- #1

davidbenari

- 466

- 18

The energy density in an EM field is (Its not necessarily a plane wave we're talking about here).

##u= \frac{\epsilon E^2}{2}+\frac{B^2}{2\mu} ##

The relationship ##E=cB## is supposedly "general" so then the energy density is:

##u = \epsilon E^2 ##

the intensity (power per unit area) is then

##I = \epsilon c E^2 ##

and this is a general result as well.

Now suppose I have two plane waves coming in at different angles towards a point on which they intersect. I want to know the average intensity at that point.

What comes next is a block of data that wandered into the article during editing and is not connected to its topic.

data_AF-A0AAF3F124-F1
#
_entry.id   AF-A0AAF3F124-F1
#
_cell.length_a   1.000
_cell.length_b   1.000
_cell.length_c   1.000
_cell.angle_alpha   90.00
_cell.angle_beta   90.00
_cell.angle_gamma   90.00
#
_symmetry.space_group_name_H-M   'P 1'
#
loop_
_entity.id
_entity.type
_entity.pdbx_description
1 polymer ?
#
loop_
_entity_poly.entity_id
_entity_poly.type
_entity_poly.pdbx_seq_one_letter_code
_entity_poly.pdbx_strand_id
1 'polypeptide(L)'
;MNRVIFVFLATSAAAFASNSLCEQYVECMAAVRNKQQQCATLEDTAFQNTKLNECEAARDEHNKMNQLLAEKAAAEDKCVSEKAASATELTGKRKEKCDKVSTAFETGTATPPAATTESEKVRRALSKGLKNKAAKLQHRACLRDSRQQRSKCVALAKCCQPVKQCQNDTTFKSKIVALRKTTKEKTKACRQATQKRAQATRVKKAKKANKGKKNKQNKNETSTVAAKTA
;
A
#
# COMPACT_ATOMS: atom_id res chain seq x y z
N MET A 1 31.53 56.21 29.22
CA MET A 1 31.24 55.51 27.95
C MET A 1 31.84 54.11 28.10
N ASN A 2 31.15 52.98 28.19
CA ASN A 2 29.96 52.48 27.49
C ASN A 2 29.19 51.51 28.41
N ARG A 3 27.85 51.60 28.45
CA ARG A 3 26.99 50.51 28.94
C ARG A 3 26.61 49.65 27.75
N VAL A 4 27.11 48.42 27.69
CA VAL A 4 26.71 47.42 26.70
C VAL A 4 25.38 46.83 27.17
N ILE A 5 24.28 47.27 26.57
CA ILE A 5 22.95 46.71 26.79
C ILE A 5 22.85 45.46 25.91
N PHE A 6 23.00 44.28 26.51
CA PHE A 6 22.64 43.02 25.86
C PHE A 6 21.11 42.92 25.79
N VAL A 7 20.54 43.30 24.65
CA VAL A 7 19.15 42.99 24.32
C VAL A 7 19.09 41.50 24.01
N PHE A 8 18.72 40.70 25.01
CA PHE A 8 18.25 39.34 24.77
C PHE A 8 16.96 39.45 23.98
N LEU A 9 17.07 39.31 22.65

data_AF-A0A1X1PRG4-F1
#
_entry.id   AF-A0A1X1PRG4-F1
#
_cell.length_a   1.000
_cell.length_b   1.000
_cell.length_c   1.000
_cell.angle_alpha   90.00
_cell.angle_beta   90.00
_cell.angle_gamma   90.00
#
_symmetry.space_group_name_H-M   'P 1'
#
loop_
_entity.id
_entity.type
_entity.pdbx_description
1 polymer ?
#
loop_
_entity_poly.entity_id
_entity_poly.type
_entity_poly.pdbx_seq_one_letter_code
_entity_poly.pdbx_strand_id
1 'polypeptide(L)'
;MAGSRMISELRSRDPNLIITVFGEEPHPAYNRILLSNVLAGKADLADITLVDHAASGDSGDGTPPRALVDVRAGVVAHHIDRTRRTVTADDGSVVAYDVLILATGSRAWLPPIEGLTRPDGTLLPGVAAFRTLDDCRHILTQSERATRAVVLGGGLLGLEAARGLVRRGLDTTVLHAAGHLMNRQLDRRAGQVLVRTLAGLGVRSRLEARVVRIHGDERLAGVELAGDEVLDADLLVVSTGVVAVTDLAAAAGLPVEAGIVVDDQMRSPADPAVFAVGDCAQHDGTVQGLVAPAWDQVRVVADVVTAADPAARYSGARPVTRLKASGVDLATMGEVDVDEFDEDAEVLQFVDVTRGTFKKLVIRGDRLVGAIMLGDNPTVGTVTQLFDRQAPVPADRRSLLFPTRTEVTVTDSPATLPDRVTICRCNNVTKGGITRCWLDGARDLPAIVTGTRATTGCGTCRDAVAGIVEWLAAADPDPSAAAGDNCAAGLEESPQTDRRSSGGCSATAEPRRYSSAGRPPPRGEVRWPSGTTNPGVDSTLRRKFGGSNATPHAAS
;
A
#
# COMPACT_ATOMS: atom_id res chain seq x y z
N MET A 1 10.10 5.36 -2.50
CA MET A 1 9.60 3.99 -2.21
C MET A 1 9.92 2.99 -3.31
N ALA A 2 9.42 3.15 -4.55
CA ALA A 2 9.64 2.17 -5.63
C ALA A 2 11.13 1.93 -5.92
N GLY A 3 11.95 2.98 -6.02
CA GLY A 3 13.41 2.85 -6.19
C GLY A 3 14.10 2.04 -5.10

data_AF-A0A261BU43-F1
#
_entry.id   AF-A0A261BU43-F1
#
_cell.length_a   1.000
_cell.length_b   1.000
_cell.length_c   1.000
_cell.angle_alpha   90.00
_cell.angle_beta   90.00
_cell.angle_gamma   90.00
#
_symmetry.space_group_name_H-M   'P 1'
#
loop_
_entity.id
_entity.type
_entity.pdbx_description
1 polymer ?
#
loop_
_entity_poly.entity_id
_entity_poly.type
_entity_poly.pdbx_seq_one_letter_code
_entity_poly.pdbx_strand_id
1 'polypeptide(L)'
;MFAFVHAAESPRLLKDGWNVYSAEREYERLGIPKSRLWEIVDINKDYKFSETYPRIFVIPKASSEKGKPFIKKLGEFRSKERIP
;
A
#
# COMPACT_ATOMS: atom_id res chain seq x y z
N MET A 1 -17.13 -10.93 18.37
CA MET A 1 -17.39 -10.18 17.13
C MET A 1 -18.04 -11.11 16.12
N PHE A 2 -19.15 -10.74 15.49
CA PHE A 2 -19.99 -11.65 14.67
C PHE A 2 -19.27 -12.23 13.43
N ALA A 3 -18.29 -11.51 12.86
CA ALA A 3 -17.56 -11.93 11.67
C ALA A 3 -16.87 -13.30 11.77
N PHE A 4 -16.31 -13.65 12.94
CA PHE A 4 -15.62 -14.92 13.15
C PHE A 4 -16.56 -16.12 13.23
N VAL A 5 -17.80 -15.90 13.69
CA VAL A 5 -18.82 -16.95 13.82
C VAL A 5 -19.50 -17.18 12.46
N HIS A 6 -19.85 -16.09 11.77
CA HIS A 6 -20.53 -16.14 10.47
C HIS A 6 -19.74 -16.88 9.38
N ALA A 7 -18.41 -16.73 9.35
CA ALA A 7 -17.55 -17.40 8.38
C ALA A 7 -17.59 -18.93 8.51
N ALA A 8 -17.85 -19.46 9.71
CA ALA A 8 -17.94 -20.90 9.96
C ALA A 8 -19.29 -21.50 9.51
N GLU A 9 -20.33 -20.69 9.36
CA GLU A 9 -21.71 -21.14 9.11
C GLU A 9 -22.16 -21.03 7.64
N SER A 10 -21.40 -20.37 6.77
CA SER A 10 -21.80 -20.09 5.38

I could proceed in two ways: one is to find the Poynting vector by adding the E and B fields and averaging out in time.

Or I could add the E fields and average out in time obtaining

##<I> = c \epsilon <E^2> ##

and these should be equal to one another (of course I'm taking about the magnitude of the Poynting vector).

Is the finding-the-E-field approach equally as valid as finding the Poynting vector?

Thanks.